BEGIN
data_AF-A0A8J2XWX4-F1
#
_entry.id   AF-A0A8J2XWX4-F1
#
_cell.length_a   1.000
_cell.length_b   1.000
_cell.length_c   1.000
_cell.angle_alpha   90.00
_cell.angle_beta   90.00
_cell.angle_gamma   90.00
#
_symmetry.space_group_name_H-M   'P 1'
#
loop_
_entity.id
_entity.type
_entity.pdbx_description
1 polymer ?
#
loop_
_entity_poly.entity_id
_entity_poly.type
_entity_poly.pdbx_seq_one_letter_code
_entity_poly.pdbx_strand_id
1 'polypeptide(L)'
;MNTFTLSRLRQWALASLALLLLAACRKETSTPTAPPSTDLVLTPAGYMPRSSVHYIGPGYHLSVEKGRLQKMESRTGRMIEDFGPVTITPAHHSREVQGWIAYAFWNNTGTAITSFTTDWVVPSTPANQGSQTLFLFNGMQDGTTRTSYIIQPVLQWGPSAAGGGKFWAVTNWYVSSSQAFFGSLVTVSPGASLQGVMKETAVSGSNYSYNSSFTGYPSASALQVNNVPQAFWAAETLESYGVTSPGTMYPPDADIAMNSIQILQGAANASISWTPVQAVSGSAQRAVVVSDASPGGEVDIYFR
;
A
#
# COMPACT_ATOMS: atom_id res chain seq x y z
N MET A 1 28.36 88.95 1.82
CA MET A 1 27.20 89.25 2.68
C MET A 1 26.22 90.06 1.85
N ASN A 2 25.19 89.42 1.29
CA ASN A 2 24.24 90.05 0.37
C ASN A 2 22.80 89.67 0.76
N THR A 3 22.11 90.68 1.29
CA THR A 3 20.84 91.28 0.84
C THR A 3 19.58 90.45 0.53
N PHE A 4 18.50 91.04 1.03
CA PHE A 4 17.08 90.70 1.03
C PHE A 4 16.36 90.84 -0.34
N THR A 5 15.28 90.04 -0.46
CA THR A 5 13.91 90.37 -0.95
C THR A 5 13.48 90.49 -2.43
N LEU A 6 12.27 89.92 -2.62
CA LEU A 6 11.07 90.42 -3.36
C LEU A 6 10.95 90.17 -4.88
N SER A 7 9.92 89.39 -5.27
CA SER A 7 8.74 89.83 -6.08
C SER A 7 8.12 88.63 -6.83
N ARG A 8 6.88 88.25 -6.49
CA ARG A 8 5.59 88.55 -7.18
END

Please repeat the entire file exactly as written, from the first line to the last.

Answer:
data_AF-A0A8J2XWX4-F1
#
_entry.id   AF-A0A8J2XWX4-F1
#
_cell.length_a   1.000
_cell.length_b   1.000
_cell.length_c   1.000
_cell.angle_alpha   90.00
_cell.angle_beta   90.00
_cell.angle_gamma   90.00
#
_symmetry.space_group_name_H-M   'P 1'
#
loop_
_entity.id
_entity.type
_entity.pdbx_description
1 polymer ?
#
loop_
_entity_poly.entity_id
_entity_poly.type
_entity_poly.pdbx_seq_one_letter_code
_entity_poly.pdbx_strand_id
1 'polypeptide(L)'
;MNTFTLSRLRQWALASLALLLLAACRKETSTPTAPPSTDLVLTPAGYMPRSSVHYIGPGYHLSVEKGRLQKMESRTGRMIEDFGPVTITPAHHSREVQGWIAYAFWNNTGTAITSFTTDWVVPSTPANQGSQTLFLFNGMQDGTTRTSYIIQPVLQWGPSAAGGGKFWAVTNWYVSSSQAFFGSLVTVSPGASLQGVMKETAVSGSNYSYNSSFTGYPSASALQVNNVPQAFWAAETLESYGVTSPGTMYPPDADIAMNSIQILQGAANASISWTPVQAVSGSAQRAVVVSDASPGGEVDIYFR
;
A
#
# COMPACT_ATOMS: atom_id res chain seq x y z
N MET A 1 28.36 88.95 1.82
CA MET A 1 27.20 89.25 2.68
C MET A 1 26.22 90.06 1.85
N ASN A 2 25.19 89.42 1.29
CA ASN A 2 24.24 90.05 0.37
C ASN A 2 22.80 89.67 0.76
N THR A 3 22.11 90.68 1.29
CA THR A 3 20.84 91.28 0.84
C THR A 3 19.58 90.45 0.53
N PHE A 4 18.50 91.04 1.03
CA PHE A 4 17.08 90.70 1.03
C PHE A 4 16.36 90.84 -0.34
N THR A 5 15.28 90.04 -0.46
CA THR A 5 13.91 90.37 -0.95
C THR A 5 13.48 90.49 -2.43
N LEU A 6 12.27 89.92 -2.62
CA LEU A 6 11.07 90.42 -3.36
C LEU A 6 10.95 90.17 -4.88
N SER A 7 9.92 89.39 -5.27
CA SER A 7 8.74 89.83 -6.08
C SER A 7 8.12 88.63 -6.83
N ARG A 8 6.88 88.25 -6.49
CA ARG A 8 5.59 88.55 -7.18